Elections Chief Calls For More Polls, Training, Tech Support To Avoid November Meltdown

— By Stephen Fowler, GPB, June 17, 2020 — Republican Secretary of State Brad Raffensperger unveiled a plan Wednesday to help Georgia elections officials better prepare for the general election and minimize the likelihood of long lines and problems at the polls. Speaking in front of Park Tavern, where nearly 16,000 active voters were assigned to cast […]
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— By Stephen Fowler, GPB, June 17, 2020 —

Republican Secretary of State Brad Raffensperger unveiled a plan Wednesday to help Georgia elections officials better prepare for the general election and minimize the likelihood of long lines and problems at the polls.

Speaking in front of Park Tavern, where nearly 16,000 active voters were assigned to cast their ballots and wait times lasted more than three hours, Raffensperger also took aim at the voting issues Fulton County residents faced.

“From our data from Election Day so far, approximately 70% of all the issues in the state were in Fulton County,” he said. “Fulton County’s issues are now conflated with Georgia’s elections overall in spite of the Georgia election officials and workers who have worked their fingers to the bone to bring us a successful election.”

Raffensperger asked the legislature to pass a measure that would allow the State Election Board, which he chairs, to intervene in the management of county elections.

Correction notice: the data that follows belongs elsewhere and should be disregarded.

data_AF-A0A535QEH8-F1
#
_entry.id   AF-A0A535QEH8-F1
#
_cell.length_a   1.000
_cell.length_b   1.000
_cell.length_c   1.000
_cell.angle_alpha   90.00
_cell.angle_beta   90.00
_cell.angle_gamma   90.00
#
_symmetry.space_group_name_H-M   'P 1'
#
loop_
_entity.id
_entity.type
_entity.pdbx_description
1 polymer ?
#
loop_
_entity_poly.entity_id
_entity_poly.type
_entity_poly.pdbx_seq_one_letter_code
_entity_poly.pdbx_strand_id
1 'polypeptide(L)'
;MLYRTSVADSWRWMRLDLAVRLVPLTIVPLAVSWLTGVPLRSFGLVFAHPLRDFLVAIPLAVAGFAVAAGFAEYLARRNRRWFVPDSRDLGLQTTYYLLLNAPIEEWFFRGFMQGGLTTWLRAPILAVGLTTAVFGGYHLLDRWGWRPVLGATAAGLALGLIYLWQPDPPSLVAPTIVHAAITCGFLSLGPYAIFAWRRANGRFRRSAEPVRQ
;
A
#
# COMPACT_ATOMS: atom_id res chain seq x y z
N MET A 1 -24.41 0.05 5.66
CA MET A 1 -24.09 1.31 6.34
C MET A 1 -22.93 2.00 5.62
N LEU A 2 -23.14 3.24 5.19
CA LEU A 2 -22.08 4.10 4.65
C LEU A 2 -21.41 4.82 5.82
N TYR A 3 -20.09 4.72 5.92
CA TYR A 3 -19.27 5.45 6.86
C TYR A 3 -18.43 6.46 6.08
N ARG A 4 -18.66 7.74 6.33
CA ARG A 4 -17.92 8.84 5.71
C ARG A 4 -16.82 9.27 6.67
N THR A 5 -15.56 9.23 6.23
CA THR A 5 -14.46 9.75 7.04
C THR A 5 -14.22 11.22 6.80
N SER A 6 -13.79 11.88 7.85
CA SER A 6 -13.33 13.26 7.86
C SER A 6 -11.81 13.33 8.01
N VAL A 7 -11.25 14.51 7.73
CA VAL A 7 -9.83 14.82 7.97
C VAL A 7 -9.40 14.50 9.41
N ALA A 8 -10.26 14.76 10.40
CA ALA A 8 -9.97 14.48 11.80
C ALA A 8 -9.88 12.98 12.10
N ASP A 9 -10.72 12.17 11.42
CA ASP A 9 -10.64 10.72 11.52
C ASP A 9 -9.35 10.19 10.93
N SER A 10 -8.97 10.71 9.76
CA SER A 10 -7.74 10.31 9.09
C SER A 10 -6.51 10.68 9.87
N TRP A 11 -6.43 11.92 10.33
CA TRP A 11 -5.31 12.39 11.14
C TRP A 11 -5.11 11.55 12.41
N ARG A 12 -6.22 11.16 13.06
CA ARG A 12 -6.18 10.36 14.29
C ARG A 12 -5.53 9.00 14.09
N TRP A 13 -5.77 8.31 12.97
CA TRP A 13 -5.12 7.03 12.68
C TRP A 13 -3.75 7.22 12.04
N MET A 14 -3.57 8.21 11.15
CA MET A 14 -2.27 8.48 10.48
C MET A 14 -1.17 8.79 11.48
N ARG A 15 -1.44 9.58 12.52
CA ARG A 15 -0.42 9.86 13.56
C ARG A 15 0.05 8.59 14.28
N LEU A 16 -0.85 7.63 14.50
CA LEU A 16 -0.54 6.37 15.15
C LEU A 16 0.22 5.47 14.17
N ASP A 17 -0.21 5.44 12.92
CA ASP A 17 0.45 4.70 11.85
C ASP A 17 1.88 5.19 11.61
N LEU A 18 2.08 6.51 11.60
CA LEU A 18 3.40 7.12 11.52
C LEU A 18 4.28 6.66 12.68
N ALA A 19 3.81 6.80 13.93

During the June 9 primary, voters in metro Atlanta counties stood in hours-long lines, saw some polls open late due to problems with a new $104-million voting system and were left frustrated after newly trained poll workers struggled to implement backup paper voting protocols.

Come November, he said, there will be a technician in every polling place, including people trained by the state and counties to work with the machines. The state’s top election official also said better hands-on training will cut down on problems with ballot-marking devices that may be human error.

Many poll workers in the state that backed out of working the primary are over 70 years old, the age category most at risk for coronavirus complications.

“While COVID-19 has not passed, most of us have a better handle on how to deal with it,” he said. “From the data we have, we will adapt our current training directly with counties to address what we saw on the ground as the most needed areas.”

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